Declaration of Voter's Rights

Saturday, May 8, 2010

Executive Meets in Craik

The Saskatchewan Chapter of Fair Vote Canada Executive met May 9th at the Eco Centre in Craik from 10:30 until 1:40.

Because of the large distances members have to travel to such meetings these events are usually held by conference call so this was the first face to face meeting the executive has been able to have for some time.

There was wide ranging discussion on several issues and a planning session helped to map out acitvities for the rest of the year.

To read the minutes of the Executive meeting please follow the link on the right hand side of the page.

UK Election Prompts Canadians to Take a Look at FPTP



In an odd way the kerfuffle over the "hung parliament" may actually cause Canadians to take a look at our own system. Minority governments are nothing new here in Canada but, they are a big deal in the UK. I good deal is being written about the stupidity of the first past the post system our governments fight do hard to hang on to.


I particularly like this letter by Geoff Rytell printed in the Toronto Star.


Thomas Walkom notes that now, because no party has earned a majority in England, there is going to be a “fierce fight over who will govern.” In the first-past-the-post electoral system, a system that Canada shares with Great Britain, it’s all about winning the seat but not so much about representing all the voters. FPTP is good for horses. But unlike horses, voters pay taxes and deserve to be equally represented in parliament. First-past-the-post fails to recognize that voters who choose to vote for someone who doesn’t take a seat are just as important as those who choose to vote for a winning candidate. British Lib Dem leader Nick Clegg wants to fix that with proportional representation so that the “who will govern” fight becomes instead an amicable sharing of governance.


Let's keep this discussion going.

Ludicrous election results in U.K. match those in Canada

But unlike Canada, Britain may move on electoral reform


Yesterday’s British parliamentary election provided yet another breath-taking example of how an antiquated winner-take-all voting system distorts election results.

With 626 of the 650 seats declared as of this posting anyway, things might shift a bit, the Conservatives won about 47% of the seats with just 36% of the votes. Labour received an equivalent windfall of undeserved seats: 40% of the seats with just 29% of the votes.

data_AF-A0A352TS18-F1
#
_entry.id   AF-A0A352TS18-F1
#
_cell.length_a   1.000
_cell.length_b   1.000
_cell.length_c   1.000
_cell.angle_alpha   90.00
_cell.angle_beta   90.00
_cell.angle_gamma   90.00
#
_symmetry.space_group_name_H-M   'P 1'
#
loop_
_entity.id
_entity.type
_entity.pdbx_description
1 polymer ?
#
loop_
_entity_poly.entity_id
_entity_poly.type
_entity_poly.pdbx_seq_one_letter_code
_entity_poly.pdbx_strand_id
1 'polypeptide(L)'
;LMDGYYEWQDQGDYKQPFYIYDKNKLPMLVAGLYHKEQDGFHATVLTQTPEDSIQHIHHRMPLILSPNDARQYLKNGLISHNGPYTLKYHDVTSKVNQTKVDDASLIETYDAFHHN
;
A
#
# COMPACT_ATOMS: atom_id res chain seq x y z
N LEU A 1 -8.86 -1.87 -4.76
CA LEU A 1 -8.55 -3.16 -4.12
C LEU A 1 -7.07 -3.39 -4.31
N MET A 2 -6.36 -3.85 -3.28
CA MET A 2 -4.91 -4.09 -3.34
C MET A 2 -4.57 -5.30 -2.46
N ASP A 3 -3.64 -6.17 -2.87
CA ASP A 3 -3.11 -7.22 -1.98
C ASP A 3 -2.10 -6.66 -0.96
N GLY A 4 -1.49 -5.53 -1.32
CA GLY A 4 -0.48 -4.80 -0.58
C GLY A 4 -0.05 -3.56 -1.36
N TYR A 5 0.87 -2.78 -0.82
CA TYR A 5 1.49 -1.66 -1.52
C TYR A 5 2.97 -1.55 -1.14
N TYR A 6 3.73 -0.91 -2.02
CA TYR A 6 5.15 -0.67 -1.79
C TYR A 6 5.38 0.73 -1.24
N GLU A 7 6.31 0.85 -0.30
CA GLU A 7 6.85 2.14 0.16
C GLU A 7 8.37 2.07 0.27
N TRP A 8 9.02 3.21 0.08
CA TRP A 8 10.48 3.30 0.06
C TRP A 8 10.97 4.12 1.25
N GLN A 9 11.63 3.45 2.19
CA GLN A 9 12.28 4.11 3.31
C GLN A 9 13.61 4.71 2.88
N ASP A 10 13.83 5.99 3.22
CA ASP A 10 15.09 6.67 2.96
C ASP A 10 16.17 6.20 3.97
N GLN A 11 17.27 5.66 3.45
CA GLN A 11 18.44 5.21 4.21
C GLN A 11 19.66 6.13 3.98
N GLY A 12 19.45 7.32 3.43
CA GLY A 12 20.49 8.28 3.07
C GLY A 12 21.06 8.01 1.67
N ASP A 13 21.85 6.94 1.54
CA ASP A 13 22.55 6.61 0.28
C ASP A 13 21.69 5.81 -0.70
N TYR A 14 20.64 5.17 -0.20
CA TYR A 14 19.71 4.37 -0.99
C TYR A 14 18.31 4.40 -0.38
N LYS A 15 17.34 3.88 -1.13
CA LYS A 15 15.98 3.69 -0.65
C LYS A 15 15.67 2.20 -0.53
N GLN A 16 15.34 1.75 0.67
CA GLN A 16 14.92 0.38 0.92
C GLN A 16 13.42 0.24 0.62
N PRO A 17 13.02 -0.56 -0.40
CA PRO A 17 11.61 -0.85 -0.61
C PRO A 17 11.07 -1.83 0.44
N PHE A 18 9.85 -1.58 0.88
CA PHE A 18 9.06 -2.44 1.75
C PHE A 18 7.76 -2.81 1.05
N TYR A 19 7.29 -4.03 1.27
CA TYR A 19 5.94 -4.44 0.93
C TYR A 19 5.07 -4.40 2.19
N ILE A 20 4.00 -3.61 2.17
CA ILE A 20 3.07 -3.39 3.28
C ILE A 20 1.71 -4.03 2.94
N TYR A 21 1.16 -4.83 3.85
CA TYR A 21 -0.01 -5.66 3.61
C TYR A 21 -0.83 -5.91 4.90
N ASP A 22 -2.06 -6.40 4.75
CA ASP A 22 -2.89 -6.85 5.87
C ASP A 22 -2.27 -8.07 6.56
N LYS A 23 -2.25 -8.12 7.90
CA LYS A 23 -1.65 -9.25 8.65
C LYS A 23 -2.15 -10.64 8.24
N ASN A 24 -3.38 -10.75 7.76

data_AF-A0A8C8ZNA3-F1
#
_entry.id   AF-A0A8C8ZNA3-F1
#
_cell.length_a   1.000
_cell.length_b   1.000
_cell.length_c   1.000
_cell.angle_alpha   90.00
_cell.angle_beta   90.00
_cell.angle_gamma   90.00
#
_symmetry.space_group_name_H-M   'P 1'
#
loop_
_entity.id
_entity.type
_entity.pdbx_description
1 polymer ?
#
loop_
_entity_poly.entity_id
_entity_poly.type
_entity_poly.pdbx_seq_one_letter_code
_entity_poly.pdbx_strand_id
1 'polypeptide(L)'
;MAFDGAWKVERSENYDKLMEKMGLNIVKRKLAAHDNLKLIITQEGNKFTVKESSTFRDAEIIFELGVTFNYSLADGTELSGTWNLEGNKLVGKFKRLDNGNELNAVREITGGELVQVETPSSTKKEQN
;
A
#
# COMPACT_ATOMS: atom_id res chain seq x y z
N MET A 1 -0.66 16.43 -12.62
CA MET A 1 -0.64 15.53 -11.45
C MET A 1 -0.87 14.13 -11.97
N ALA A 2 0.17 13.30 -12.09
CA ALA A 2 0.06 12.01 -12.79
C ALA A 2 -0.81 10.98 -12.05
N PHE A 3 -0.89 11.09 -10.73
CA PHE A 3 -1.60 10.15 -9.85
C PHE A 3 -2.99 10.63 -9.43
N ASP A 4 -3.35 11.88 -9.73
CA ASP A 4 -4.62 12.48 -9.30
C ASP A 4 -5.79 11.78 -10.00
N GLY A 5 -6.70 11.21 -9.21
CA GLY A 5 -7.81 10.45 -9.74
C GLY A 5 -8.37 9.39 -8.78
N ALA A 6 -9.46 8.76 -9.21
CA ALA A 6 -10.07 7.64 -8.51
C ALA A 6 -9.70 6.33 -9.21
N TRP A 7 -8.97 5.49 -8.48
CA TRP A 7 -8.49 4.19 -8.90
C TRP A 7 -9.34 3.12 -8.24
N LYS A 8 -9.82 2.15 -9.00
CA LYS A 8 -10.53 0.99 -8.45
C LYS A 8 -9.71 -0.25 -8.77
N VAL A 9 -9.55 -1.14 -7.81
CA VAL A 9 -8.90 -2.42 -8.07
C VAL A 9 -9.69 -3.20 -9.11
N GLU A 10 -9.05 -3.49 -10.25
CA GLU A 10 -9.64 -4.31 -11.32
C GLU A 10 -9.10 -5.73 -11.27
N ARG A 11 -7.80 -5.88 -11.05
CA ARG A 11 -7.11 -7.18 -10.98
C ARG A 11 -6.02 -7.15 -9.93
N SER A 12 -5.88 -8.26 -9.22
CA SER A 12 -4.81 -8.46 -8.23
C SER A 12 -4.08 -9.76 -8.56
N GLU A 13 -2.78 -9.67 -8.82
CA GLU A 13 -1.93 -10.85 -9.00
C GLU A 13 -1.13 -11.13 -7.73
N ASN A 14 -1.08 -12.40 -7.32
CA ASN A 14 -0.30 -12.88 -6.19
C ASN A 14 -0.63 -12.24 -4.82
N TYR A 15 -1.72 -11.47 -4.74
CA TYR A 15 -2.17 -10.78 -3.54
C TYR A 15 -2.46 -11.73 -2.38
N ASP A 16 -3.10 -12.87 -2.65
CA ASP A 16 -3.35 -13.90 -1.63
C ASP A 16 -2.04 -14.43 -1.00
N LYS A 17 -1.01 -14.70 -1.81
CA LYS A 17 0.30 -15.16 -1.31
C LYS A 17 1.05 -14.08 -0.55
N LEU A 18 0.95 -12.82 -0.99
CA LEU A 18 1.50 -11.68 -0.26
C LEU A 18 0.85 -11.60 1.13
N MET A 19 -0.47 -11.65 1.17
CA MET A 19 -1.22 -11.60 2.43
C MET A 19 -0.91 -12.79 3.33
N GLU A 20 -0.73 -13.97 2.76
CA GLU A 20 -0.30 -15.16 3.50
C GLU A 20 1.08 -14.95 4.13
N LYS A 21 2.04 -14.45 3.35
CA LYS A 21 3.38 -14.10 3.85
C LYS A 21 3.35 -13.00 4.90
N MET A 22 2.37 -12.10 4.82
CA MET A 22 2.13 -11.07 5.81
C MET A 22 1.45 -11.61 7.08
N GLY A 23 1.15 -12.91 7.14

Meanwhile, the Liberal Democrats won only 8% of the seats, despite winning about 23% of the votes. As Liberal Democrat leader Nick Clegg said, it is “abundantly clear the electoral system is broken.”

“As ludicrous as Britain’s election results are, they are no worse than what we experience in Canada,” said Bronwen Bruch, President of Fair Vote Canada, a multi-partisan citizens’ campaign for voting system reform in Canada.

“The big difference is that Britain may well move forward on electoral reform, since both Labour and the Liberal Democrats, who together represent a majority of voters, are prepared to scrap the discredited first-past-the-post system. The Liberal Democrats are expected to demand action on proportional representation.”

Yesterday’s election in the U.K. follows the 2005 election in which Tony Blair’s Labour Party won a majority of seats with a mere 35% of the popular vote.

How bad are Canadian elections in comparison?

“In recent years we have had three provincial majority governments formed by parties that came in second place in the popular vote,” said Larry Gordon, Executive Director of Fair Vote Canada. “The current Liberal government in New Brunswick is an example – the New Brunswick Conservatives actually won more votes in the last election.”

Fair Vote Canada also pointed to these examples of electoral dysfunction in Canada:

  • In 1997, Jean Chretien’s Liberals won a majority of seats with just 39% of the votes.
  • In 1990, Bob Rae’s New Democrats won a majority in Ontario with less than 38% of the votes.
  • In the 2008 federal election, 940,000 Greens elected no one, while 813,000 Conservative voters in Alberta alone sent 27 MPs to Parliament.
“Pressure for electoral reform has been slowly building in Britain and then the MPs’ spending scandal blew the lid,” said Gordon. “Plus, Nick Clegg, the third party leader has said electoral reform is a condition for supporting a new government. A similar mix of conditions may be building in Canada – we can only hope since Canadian voter turnout is dropping as people walk away in disgust from our dysfunctional system.”

For more information contact Fair Vote Canada's Executive Director, Larry Gordon at 647-519-7585